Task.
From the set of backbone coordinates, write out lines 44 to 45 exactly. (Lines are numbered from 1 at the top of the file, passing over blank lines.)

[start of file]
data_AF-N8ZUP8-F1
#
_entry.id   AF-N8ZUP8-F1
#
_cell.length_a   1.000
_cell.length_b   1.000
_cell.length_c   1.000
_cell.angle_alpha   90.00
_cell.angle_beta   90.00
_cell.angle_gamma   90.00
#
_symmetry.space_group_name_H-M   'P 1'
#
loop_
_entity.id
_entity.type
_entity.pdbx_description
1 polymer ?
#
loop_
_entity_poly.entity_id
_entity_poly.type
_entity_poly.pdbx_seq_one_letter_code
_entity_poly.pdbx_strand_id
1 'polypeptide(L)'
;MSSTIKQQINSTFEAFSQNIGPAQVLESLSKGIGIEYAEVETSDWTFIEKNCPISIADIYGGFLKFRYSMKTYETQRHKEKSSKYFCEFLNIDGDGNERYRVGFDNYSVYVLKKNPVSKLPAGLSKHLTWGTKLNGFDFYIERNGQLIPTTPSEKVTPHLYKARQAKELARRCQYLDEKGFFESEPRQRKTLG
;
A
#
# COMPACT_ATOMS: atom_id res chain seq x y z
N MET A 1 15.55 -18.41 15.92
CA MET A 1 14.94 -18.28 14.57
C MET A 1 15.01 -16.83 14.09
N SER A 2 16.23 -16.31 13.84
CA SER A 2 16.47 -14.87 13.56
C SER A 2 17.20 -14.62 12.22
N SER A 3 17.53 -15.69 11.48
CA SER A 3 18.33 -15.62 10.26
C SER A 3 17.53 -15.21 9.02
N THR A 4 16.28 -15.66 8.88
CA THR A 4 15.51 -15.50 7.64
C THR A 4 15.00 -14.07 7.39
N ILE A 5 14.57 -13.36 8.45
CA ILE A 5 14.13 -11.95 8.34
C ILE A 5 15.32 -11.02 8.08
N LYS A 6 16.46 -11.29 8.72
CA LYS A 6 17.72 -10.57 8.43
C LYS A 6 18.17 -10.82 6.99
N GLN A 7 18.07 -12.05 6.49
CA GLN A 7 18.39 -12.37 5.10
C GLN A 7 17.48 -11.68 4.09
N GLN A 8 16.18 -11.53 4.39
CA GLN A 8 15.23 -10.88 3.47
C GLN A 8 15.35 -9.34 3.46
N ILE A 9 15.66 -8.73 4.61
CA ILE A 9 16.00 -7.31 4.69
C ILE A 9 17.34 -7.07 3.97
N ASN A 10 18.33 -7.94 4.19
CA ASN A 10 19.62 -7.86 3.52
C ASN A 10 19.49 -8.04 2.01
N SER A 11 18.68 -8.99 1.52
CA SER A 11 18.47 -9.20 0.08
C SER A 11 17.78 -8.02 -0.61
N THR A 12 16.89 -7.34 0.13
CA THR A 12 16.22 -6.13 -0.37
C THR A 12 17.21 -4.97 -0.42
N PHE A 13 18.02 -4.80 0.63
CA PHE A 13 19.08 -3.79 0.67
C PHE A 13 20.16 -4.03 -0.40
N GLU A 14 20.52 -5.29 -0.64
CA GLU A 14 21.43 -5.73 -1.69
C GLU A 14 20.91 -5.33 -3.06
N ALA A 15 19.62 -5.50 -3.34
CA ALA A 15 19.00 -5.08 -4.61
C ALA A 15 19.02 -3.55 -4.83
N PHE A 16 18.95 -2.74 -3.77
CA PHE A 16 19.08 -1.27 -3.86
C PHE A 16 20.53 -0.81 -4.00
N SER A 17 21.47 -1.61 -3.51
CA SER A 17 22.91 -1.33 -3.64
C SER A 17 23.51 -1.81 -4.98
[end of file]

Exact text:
CA ILE A 5 14.13 -11.95 8.34
C ILE A 5 15.32 -11.02 8.08